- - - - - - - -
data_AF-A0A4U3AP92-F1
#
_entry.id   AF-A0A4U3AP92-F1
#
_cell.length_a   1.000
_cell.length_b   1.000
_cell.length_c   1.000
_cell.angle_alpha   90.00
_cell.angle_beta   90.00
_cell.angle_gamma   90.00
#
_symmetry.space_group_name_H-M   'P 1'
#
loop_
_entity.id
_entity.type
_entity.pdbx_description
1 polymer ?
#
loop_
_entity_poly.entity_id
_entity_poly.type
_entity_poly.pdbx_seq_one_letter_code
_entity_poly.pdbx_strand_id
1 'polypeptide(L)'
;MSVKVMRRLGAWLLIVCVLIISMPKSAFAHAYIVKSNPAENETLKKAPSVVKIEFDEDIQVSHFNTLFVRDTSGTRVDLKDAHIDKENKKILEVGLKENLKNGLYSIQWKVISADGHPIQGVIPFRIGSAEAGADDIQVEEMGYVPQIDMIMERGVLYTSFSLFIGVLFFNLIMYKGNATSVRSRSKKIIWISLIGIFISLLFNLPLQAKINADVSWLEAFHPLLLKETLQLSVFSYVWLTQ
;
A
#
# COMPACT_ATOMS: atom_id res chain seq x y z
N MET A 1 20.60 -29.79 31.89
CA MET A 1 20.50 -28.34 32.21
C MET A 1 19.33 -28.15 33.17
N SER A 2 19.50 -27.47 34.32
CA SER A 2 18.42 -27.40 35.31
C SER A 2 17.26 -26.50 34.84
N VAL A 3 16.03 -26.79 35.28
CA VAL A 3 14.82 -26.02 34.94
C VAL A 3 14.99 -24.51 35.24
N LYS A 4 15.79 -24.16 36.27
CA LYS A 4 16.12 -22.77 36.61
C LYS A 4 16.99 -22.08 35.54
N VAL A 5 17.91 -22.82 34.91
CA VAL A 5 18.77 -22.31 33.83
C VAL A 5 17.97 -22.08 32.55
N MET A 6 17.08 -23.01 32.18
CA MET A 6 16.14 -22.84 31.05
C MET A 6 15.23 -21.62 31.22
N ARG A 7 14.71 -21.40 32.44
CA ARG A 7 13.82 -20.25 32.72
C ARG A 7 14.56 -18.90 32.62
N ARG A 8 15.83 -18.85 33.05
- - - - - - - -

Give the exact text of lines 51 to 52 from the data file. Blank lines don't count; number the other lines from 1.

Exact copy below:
C ARG A 7 14.56 -18.90 32.62
N ARG A 8 15.83 -18.85 33.05